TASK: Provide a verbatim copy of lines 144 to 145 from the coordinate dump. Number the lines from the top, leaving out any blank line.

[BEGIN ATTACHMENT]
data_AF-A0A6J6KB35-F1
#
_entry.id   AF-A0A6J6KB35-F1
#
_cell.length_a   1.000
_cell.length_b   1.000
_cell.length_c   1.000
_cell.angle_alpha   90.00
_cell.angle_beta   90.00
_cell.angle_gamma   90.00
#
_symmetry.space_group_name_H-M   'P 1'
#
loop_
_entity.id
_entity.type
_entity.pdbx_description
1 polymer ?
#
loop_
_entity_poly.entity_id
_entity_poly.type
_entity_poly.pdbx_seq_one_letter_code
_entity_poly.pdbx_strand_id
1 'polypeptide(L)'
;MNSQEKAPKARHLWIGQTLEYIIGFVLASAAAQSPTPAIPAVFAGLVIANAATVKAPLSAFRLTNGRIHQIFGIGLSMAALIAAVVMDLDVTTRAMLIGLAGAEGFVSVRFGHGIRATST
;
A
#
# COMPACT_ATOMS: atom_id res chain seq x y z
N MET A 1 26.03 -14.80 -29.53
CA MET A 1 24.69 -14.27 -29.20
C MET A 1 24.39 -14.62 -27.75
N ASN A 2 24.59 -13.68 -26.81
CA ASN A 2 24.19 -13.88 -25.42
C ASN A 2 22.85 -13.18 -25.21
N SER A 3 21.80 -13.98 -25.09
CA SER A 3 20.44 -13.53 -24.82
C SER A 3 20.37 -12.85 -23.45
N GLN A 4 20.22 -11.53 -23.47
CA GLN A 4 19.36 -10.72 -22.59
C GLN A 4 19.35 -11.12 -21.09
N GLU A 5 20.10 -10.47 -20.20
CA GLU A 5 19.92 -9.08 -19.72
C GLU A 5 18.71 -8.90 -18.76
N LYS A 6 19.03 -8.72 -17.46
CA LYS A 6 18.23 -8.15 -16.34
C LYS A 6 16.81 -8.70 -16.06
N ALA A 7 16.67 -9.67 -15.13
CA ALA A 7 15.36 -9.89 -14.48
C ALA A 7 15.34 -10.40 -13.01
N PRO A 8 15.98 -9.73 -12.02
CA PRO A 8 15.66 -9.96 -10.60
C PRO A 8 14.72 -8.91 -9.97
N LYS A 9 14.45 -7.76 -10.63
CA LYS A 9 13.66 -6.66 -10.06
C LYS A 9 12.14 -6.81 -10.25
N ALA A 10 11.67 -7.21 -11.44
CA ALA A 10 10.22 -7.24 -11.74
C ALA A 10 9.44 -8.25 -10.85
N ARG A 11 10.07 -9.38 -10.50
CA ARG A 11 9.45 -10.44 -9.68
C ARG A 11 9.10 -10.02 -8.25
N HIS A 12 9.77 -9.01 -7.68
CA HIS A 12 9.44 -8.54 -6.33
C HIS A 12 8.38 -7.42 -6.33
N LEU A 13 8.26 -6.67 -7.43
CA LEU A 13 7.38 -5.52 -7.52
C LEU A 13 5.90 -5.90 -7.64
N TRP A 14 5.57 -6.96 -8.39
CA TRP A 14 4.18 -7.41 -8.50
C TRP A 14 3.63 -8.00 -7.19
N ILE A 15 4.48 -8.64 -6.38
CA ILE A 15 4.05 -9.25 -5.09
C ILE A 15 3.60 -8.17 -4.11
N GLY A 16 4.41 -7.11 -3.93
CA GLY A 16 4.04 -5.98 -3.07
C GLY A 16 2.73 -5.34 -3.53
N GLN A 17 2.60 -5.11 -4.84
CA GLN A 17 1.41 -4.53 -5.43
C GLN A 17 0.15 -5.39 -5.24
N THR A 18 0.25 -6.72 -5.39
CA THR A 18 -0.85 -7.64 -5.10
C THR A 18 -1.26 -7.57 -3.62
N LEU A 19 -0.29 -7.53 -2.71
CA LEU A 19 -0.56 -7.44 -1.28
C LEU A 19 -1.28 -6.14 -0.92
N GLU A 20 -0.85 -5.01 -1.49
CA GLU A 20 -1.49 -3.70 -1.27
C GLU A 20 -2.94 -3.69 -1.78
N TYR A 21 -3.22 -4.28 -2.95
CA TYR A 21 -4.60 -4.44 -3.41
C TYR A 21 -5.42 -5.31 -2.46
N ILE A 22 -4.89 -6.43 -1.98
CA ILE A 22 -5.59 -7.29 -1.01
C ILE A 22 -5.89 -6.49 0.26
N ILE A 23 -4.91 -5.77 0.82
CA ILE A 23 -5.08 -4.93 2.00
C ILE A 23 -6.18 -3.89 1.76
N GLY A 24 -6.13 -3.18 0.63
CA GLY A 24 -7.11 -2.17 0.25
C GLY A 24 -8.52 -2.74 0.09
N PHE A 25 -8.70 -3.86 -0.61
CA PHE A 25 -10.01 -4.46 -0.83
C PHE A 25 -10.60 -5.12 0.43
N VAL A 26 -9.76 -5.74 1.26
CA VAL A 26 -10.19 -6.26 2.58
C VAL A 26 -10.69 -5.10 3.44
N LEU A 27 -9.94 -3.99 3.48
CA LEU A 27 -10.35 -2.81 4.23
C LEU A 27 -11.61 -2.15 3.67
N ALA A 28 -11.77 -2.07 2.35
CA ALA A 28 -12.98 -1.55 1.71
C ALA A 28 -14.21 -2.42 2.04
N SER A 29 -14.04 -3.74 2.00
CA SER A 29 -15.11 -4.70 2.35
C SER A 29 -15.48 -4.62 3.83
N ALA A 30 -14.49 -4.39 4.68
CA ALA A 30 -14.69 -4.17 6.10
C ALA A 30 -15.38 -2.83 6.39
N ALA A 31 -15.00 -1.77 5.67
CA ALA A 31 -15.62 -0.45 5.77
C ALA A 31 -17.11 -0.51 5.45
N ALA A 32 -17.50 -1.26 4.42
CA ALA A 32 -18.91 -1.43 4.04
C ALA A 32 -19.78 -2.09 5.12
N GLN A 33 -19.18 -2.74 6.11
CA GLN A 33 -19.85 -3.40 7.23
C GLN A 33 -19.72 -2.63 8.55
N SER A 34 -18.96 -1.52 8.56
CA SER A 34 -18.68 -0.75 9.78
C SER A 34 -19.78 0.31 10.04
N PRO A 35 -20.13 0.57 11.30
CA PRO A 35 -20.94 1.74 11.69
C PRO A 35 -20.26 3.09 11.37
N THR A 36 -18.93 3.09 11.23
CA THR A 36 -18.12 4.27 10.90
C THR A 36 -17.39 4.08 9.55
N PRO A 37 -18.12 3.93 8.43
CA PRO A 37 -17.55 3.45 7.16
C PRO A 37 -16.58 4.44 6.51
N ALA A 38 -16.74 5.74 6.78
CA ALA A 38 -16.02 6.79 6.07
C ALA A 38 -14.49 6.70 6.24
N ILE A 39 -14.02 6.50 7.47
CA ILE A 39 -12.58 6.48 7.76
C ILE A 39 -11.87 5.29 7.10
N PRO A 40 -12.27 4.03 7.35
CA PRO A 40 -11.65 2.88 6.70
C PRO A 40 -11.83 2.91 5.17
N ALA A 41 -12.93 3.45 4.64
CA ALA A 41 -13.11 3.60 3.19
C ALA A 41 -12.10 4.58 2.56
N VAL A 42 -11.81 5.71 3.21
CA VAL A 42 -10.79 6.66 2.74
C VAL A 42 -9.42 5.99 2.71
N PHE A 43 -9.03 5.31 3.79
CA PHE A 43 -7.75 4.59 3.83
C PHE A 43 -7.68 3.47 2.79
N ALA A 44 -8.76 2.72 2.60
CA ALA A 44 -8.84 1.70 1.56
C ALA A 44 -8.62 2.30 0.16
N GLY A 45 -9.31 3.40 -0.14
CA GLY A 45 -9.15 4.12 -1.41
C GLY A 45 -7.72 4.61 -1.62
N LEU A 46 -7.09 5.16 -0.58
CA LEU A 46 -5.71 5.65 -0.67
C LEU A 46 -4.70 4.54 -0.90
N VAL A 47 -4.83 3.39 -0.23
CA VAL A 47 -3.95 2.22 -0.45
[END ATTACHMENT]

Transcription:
C ALA A 38 -14.49 6.70 6.24
N ILE A 39 -14.02 6.50 7.47